An Exotic New Home in Midlife
Recurring Pleasures

Workplace Age Ambivalence

category_bug_ageism.gif As Daniel Gross points out in a commentary in this week’s issue of Newsweek:

“…in the corporate world, 80 is the new 50. The exploits of these Sunshine Boys and advances in medicine make the retirement age of 65 seem like a relic.

Mr. Gross sketches the ongoing accomplishments of several aged corporate chiefs: Sumner Redstone (85), Rupert Murdoch (77), Carl Icahn (72), T. Boone Pickens (80), George Soros (77), Kirk Kirkorian (91), and notes that a big benefit of keeping these people in power over such younger folks as the Wall Street managers who have recently led their banks and financial institutions into bankruptcy, is that they

“…have experience managing through the last serious oil shock and prolonged period of financial pain in the 1970s.”

But as Gross also points out, working into one’s 70s, 80s and beyond is reserved for executive suite denizens - as though low- and mid-level workers have not also learned from their years on the job:

“…for non-rock stars – i.e., people who don’t own their own companies or don’t have enough cash to start a hedge fund – barriers to staying active late in life remain. ‘There is still enormous resistance and unwillingness to consider older people for job hires,’ says AgeWave’s [Ken] Dychtwald. As one executive recruiter told me, boards frequently look askance at older candidates because ‘somebody in their mid-60s isn’t going to take an 18-hour-a-day job.’”

Nor should an employee of any age. People fought hard in the early 20th century for the 40-hour work week, and 90 hours a week is both exploitive and inhuman, leaving no time for rest or family. On the other hand, what these ageist recruiters are missing is that older employees who are willing to work long days no longer have young children at home who require and need their presence.

Although there is some indication that a few employers are beginning to see the light in terms of the need to retain older workers because the generation coming up behind the boomers totals only 54 million compared to the boomer 78 million, little progress is being made.

“For leadership guru Warren Bennis, who at 83 teaches full time at the University of Southern California’s business school, such ambivalence is a key issue facing the economy,” writes Gross. “‘Organizations have to learn how to manage the people who keep growing and learning even as they get older,’ he says. Bennis still detects plenty of signs of ageism in corporate America.”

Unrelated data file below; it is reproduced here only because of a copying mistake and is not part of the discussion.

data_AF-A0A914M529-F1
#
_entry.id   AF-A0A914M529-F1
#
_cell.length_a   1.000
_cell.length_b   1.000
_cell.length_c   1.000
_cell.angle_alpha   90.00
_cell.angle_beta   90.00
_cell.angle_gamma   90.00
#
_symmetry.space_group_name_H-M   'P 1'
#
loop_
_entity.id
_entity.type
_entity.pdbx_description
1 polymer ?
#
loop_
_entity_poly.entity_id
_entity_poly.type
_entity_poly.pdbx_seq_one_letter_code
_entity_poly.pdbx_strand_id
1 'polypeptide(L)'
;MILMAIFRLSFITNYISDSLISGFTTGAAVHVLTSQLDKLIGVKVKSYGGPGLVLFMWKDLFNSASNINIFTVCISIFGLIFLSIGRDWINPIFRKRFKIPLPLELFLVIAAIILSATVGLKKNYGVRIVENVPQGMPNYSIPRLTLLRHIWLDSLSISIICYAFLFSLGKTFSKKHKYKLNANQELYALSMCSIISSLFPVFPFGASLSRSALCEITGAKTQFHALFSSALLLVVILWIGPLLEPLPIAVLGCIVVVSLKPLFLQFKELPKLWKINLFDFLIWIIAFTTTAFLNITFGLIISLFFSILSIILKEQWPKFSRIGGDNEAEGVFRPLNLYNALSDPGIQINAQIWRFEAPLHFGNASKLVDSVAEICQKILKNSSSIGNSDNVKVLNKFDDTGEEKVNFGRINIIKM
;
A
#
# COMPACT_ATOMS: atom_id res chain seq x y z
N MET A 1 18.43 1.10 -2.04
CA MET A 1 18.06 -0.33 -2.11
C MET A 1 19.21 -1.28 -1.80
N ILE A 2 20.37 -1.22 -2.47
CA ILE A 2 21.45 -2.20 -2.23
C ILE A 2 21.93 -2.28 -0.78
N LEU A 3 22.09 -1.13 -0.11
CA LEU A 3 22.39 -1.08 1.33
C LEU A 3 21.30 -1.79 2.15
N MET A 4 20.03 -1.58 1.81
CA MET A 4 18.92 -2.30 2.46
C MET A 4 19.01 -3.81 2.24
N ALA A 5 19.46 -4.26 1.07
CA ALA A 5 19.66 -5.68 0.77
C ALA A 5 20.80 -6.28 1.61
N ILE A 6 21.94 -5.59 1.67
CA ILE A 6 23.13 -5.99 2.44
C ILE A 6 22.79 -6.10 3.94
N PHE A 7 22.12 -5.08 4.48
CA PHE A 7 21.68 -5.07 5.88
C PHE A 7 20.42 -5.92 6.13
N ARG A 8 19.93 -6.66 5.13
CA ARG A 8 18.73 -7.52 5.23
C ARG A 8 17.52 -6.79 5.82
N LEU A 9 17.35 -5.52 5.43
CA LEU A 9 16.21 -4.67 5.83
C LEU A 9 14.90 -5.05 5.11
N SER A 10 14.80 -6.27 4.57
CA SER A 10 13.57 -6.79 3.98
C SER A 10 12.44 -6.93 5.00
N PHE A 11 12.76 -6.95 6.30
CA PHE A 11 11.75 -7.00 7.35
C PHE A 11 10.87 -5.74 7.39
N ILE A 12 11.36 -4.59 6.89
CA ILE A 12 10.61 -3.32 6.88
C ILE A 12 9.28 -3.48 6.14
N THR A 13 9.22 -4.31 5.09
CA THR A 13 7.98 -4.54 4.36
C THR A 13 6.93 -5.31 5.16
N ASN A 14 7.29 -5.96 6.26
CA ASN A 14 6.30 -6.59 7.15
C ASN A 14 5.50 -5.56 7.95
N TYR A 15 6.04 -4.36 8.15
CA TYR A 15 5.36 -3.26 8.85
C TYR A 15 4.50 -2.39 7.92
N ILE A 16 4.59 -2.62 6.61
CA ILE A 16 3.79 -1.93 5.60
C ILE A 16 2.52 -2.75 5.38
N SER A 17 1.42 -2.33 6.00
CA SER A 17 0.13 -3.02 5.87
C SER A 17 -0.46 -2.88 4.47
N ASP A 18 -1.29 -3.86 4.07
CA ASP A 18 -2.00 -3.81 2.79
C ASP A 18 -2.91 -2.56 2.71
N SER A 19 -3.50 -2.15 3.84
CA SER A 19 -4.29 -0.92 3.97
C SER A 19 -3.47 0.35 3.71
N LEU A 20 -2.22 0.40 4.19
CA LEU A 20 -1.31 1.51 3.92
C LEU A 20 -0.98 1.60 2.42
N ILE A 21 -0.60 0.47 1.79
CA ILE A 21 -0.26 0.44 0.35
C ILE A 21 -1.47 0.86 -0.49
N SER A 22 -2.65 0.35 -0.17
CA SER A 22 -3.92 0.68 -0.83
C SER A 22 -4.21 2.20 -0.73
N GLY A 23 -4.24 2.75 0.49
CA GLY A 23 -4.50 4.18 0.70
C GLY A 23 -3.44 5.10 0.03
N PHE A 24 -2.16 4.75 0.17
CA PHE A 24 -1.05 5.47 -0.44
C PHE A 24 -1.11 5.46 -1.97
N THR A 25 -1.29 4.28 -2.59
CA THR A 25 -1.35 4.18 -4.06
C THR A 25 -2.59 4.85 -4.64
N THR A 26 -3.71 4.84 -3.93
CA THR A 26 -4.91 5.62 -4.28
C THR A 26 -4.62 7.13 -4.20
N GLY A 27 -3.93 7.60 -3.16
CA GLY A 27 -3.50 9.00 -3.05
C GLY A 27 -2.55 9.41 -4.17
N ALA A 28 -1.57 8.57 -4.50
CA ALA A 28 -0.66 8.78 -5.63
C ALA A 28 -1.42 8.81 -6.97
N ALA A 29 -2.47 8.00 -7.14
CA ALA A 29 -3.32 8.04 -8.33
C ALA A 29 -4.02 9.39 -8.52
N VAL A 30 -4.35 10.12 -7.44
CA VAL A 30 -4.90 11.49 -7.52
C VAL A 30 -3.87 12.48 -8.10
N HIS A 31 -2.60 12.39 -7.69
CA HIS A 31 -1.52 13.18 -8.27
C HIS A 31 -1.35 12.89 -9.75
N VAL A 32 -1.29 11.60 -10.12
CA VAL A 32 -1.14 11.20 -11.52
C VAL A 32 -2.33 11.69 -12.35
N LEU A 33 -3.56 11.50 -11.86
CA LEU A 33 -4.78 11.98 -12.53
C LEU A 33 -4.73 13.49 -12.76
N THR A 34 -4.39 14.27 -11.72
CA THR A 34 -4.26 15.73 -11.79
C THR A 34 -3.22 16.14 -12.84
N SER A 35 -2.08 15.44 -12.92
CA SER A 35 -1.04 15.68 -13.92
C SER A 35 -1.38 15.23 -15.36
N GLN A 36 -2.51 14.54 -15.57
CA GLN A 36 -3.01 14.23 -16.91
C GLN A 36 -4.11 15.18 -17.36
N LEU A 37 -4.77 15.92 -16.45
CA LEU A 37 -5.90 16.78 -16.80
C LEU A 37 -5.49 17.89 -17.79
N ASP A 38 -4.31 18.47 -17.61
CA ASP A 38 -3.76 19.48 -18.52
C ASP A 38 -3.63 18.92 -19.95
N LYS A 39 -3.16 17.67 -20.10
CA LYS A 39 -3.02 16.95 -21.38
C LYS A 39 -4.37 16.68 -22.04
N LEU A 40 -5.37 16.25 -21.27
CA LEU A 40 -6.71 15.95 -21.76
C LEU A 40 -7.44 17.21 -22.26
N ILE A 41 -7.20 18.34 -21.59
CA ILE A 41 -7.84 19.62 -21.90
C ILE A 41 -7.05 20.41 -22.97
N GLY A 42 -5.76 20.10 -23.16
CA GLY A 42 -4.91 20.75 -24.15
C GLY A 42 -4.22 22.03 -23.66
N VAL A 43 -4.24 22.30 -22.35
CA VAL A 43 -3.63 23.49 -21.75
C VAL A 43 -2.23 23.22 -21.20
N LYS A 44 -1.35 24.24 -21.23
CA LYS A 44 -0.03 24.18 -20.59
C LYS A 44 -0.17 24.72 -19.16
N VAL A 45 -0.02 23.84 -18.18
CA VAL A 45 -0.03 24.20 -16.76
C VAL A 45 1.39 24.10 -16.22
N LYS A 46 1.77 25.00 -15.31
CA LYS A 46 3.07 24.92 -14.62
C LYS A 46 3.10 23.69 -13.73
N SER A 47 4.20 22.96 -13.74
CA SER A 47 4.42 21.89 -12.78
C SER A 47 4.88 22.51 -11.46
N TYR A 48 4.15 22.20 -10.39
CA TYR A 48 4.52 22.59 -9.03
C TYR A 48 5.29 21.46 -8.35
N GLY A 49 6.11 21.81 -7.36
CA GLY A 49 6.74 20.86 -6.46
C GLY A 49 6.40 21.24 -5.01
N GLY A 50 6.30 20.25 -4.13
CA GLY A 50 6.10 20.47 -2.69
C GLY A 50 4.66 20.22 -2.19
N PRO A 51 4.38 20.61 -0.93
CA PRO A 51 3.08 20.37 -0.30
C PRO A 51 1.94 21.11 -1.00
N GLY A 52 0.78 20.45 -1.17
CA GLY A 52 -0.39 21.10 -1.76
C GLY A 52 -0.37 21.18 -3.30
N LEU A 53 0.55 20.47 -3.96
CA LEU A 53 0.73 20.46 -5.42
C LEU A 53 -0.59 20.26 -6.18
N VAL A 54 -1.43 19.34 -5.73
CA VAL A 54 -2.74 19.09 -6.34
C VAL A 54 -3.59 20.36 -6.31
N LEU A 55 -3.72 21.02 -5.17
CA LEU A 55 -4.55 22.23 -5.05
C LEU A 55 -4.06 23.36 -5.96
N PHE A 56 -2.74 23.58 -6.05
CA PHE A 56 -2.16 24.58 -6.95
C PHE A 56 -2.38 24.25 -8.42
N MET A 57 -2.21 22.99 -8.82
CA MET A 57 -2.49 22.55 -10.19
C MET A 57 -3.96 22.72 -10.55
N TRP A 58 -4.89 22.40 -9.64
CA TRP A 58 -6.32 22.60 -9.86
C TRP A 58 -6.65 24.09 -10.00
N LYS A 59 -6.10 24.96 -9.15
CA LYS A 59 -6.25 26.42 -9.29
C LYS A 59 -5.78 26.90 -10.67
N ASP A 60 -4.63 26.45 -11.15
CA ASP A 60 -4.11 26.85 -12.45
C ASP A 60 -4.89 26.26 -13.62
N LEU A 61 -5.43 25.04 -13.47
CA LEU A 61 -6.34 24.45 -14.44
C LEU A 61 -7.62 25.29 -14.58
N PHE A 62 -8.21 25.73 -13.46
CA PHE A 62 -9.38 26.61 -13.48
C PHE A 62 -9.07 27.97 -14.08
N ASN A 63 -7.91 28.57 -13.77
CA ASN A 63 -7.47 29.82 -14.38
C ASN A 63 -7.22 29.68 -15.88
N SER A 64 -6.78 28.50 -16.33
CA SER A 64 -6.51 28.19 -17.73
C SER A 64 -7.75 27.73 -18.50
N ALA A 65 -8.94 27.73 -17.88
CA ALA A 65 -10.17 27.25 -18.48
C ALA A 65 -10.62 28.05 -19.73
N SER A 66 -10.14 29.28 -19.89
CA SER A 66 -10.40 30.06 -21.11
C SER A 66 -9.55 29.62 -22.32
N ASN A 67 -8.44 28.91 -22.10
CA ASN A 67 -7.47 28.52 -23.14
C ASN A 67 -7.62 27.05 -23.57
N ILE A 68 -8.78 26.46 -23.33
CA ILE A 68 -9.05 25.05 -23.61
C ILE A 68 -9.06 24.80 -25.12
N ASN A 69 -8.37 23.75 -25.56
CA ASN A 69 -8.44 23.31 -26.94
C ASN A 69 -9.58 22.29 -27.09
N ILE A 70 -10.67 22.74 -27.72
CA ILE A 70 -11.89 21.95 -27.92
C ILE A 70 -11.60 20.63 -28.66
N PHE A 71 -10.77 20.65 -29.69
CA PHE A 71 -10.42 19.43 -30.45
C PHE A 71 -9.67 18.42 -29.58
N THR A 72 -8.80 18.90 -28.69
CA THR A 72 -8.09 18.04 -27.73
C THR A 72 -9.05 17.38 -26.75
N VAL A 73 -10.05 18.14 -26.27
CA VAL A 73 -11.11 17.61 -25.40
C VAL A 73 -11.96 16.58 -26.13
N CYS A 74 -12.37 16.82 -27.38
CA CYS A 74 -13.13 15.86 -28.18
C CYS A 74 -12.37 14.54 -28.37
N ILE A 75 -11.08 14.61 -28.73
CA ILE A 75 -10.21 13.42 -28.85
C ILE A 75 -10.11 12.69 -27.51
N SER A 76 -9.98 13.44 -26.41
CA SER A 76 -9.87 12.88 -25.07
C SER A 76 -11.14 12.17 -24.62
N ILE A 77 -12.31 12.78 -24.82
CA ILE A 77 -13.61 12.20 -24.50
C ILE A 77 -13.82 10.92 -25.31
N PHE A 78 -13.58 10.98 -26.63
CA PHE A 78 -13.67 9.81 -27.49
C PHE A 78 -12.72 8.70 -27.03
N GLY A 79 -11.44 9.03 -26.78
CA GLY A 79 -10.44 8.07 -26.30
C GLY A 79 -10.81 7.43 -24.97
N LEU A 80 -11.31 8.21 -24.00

Perhaps such as this one: if you’re an older IT worker and think you might qualify for a job at Facebook, think again. The choices in the field for graduation date go back only to 1980, ignoring everyone older than 50.

[At The Elder Storytelling Place today, Rabon Saip begins a two-part story of long-ago friendship in Just the Three of Us – Part 1.]

Comments

I reentered the job market in my 50's.
I can remember smiling to myself, during interviews, when I was told several times that I was over qualified.
Now I realize that they meant, I was too old.
At that particular time that thought never entered my mind.

So, what about McCain(72 in Aug) and this viewpoint? To be fair,the same measuring stick applies to him as to the "elderly" CEO's.

I reentered the workplace part-time at a marketing firm mid to late 40s. At 49, I secured a full-time position at a university. When I gave notice at the marketing firm, I was called into the office and asked why I didn’t let them know I wanted a full-time job.
They said they would have had a position for me. I saw the way older people in the company were treated. I knew that, if I accepted their offer, it would mean someone older then myself would be out of work. They already tried that, and I refused to transfer up to another floor knowing full well their intentions. If Millie was going to be pushed out, it wasn’t going to be by me. Looking back, I’m sorry I did not tell them my main reason for not wanting to work there any longer; Millie today, me tomorrow.

Posted by: on Jun 12, 2008 9:30:33 AM